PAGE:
Maternal exposure to ambient air pollution and fetal growth in North-East Scotland: A population-based study using routine ultrasound scans

Tom Clemens (Corresponding Author), Steve Turner, Chris Dibben

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Background Maternal ambient air pollution exposure is associated with reduced birthweight. Few studies have examined the effect on growth in utero though none have examined the effect of exposure to particulates less than 2.5 microns (PM2.5) and possible effect modification by smoking status.
Objectives Examine the effect of maternal exposure to ambient concentrations of PM10, PM2.5 and Nitrogen Dioxide (NO2) for in utero fetal growth, size at birth and effect modification by smoking status.
Methods Administratively acquired second and third trimester fetal measurements (bi-parietal diameter, femur length and abdominal circumference), birth outcomes (weight, crown heel length and occipito-frontal circumference) and maternal details were obtained from routine fetal ultrasound scans and maternity records (period 1994-2009). These were modelled against residential annual pollution concentrations (calendar year mean) adjusting for covariates and stratifying by smoking status.
Results In the whole sample (n=13,775 pregnancies), exposure to PM10, PM2.5 and NO2 ¬was associated with reductions in measurements at birth and biparietal diameter from late second trimester onwards. Among mothers who did not smoke at all during pregnancy (n=11075), associations between biparietal diameter and pollution exposure remained significant but were insignificant among those who did smoke (n=2700). Femur length and abdominal circumference were not significantly associated with pollution exposure.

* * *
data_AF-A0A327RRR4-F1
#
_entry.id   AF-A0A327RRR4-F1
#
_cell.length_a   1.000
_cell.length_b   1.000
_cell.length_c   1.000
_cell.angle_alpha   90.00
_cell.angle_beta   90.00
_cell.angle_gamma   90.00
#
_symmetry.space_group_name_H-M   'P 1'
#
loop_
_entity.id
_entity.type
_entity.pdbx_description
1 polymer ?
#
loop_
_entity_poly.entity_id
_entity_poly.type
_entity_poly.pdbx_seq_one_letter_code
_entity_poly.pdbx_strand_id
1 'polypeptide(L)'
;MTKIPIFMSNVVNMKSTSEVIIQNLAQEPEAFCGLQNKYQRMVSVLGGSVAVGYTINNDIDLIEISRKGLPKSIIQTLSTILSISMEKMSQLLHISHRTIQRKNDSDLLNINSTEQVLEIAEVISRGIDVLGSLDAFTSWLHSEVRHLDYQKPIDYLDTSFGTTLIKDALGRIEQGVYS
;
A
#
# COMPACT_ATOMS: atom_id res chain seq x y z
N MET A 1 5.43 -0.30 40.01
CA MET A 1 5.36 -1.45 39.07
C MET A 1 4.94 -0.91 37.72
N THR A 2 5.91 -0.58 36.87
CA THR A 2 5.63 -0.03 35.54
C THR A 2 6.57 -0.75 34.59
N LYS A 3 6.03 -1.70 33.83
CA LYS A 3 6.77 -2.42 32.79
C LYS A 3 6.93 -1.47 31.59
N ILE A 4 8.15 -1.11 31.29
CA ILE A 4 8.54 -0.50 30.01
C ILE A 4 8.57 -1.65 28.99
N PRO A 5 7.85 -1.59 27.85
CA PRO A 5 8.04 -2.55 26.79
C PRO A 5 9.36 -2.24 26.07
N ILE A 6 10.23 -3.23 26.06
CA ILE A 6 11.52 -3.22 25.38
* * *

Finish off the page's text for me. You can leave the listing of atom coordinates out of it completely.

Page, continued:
Conclusions Fetal growth is strongly associated with particulates exposure from later in second trimester onwards but the effect appears to be subsumed by smoking. Typical ambient exposures in this study were relatively low compared to other studies and given this studies results, it may be necessary to consider reducing recommended “safe” ambient air exposures.
Original languageEnglish
Pages (from-to)216-226
Number of pages11
JournalEnvironment International
Early online date25 Jul 2017
Publication statusPublished - Oct 2017

Bibliographical note

The authors acknowledge the support of the Grampian Data Safe Haven (DaSH) and the associated financial support of the University of Aberdeen and NHS Research Scotland, through NHS Grampian investment in DaSH. Tom Clemens and access to the Grampian Data Safe Haven was supported by the UK Medical Research Council through the Farr Institute for Health Informatics (Reference: MR/M501633/2).


  • fetal growth
  • ambient air pollution
  • maternal health
  • in utero
  • Scotland


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